The participants had used a variety of devices and technologies when they were undergraduates, including audio recordings of classes, books on tape or recorded texts, braille embossers, braille, large print, magnifying devices, personal readers, screen readers, screen magnifiers, and text readers-scanners. The most frequently used assistive technologies were taped or recorded texts (n = 5) and personal readers (n = 4). Only two students used screen readers and magnifiers.
With regard to access to RCE classes, RCE has used three technologies to deliver distance classes since the students in the survey started the program: teleconferencing, chat rooms with RealAudio, and Rotor (which combines chat room and media streaming over the Internet). Of these technologies, teleconferencing and Rotor were split as the students' current means of accessing the program (three students used teleconferencing only, three used Rotor only, and one used both Rotor and teleconferencing). One student used Rotor at home and teleconferencing when traveling. Four students rated teleconferencing as their preferred means of course delivery, and three chose Rotor.
Five of seven participants had formal training in assistive technologies that were applicable to education. In addition, all seven students stated that they had taught themselves the programs and technologies that they used specifically to participate in RCE classes. All RCE distance students must learn at least one new technology (Rotor) to participate in the real-time Internet classes. Participants varied in their training preferences: formal training (n = 2), or self-teaching (n = 2), or both modalities (n = 3).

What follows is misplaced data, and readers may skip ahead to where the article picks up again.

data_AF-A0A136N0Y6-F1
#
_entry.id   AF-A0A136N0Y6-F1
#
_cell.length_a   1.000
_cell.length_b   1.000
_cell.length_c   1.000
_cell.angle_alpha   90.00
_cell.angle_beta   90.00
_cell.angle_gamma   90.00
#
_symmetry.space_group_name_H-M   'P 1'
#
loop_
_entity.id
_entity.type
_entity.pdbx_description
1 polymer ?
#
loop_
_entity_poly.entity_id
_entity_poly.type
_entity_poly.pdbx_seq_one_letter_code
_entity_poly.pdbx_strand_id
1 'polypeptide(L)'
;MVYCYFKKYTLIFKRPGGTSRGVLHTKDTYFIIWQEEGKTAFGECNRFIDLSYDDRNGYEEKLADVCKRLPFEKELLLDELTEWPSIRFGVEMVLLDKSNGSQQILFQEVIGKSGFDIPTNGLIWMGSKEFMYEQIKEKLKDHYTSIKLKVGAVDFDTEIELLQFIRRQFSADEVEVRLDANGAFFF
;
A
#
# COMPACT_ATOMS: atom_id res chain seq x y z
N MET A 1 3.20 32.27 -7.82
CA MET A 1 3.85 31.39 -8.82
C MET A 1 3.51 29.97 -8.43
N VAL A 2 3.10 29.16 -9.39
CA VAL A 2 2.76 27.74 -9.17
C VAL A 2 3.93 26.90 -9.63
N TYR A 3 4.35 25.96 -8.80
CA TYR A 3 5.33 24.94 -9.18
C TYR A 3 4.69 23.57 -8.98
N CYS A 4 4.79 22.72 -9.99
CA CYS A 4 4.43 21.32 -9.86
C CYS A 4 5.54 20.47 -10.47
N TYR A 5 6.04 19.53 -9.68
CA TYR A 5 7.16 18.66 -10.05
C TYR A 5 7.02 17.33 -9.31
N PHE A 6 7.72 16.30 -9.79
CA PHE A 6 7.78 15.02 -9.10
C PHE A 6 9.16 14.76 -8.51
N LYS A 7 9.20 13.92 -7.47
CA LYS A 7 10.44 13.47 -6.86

Access to and support from personnel
Besides classes, access to other areas of the RCE program was investigated. These areas included access to general information about the RCE program, the RCE faculty and support staff, and other university personnel and offices.
Four participants found the RCE web site to be the most useful source of information about the RCE program, and two thought that faculty-staff communications (such as group e-mails and announcements in class) were useful. All but one student rated access to and the availability of RCE faculty as 'very available'; the other student rated them as 'mostly available.' The most useful means of communicating with faculty, ranked first by four participants and second by three participants, was e-mail. Telephone communication was ranked next by three participants. Ratings and means of communicating with RCE staff were identical to those for communicating with the faculty.
Access to and communication with other university personnel and offices (such as the disability resource center, graduate office, bookstore, financial aid, and libraries) were rated 'very available' by three participants, 'mostly available' by two participants, and 'somewhat available' by two participants. The most useful means of communicating was by telephone-ranked first by five participants and second by two participants. E-mail was ranked first by two participants and second by two participants.
The survey addressed two primary concerns: accessible course technology and the accessibility of RCE faculty, staff, and other university personnel. It appears that the students with visual impairments were not using or may have had difficulty using the most sophisticated course-delivery technology available (Rotor) for real-time class access. Three of the four students with low vision preferred Rotor, and all three students who were blind preferred teleconferencing. One reason for the lack of utilization of Rotor is that it is not accessible using screen-reading software, including the chat rooms. Most of the participants who used Rotor made individual adaptations on their computers, some of which were difficult or expensive. For example, one student used Windows to increase the font size and improve contrast, another used a large (21-inch) monitor, and one who was blind used two computers-one to take notes and one to participate in class using Rotor.